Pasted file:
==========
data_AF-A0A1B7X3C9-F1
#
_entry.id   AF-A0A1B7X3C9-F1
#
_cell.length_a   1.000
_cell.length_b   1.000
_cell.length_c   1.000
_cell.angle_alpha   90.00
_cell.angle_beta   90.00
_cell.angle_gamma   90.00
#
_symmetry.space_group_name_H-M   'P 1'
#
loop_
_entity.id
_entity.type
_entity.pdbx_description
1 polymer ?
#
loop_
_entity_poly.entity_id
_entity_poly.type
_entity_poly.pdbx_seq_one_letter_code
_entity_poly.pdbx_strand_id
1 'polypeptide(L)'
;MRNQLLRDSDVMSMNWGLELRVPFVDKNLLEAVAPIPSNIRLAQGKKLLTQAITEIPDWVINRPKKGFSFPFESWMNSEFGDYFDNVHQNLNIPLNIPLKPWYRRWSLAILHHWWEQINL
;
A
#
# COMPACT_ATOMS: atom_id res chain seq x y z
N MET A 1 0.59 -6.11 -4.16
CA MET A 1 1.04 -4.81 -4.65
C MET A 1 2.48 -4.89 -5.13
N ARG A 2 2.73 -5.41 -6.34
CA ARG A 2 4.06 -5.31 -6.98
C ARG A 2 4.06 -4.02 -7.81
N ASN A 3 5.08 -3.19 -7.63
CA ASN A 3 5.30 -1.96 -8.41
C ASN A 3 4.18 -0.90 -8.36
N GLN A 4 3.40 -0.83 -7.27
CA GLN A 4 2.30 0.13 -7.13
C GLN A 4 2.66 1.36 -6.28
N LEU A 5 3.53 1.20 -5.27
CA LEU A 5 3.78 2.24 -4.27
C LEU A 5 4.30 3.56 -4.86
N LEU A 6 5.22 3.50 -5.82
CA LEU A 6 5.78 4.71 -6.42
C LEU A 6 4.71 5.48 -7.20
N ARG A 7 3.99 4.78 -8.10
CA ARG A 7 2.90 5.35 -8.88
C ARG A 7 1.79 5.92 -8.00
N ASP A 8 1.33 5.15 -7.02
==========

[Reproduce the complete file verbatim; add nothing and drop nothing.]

data_AF-A0A1B7X3C9-F1
#
_entry.id   AF-A0A1B7X3C9-F1
#
_cell.length_a   1.000
_cell.length_b   1.000
_cell.length_c   1.000
_cell.angle_alpha   90.00
_cell.angle_beta   90.00
_cell.angle_gamma   90.00
#
_symmetry.space_group_name_H-M   'P 1'
#
loop_
_entity.id
_entity.type
_entity.pdbx_description
1 polymer ?
#
loop_
_entity_poly.entity_id
_entity_poly.type
_entity_poly.pdbx_seq_one_letter_code
_entity_poly.pdbx_strand_id
1 'polypeptide(L)'
;MRNQLLRDSDVMSMNWGLELRVPFVDKNLLEAVAPIPSNIRLAQGKKLLTQAITEIPDWVINRPKKGFSFPFESWMNSEFGDYFDNVHQNLNIPLNIPLKPWYRRWSLAILHHWWEQINL
;
A
#
# COMPACT_ATOMS: atom_id res chain seq x y z
N MET A 1 0.59 -6.11 -4.16
CA MET A 1 1.04 -4.81 -4.65
C MET A 1 2.48 -4.89 -5.13
N ARG A 2 2.73 -5.41 -6.34
CA ARG A 2 4.06 -5.31 -6.98
C ARG A 2 4.06 -4.02 -7.81
N ASN A 3 5.08 -3.19 -7.63
CA ASN A 3 5.30 -1.96 -8.41
C ASN A 3 4.18 -0.90 -8.36
N GLN A 4 3.40 -0.83 -7.27
CA GLN A 4 2.30 0.13 -7.13
C GLN A 4 2.66 1.36 -6.28
N LEU A 5 3.53 1.20 -5.27
CA LEU A 5 3.78 2.24 -4.27
C LEU A 5 4.30 3.56 -4.86
N LEU A 6 5.22 3.50 -5.82
CA LEU A 6 5.78 4.71 -6.42
C LEU A 6 4.71 5.48 -7.20
N ARG A 7 3.99 4.78 -8.10
CA ARG A 7 2.90 5.35 -8.88
C ARG A 7 1.79 5.92 -8.00
N ASP A 8 1.33 5.15 -7.02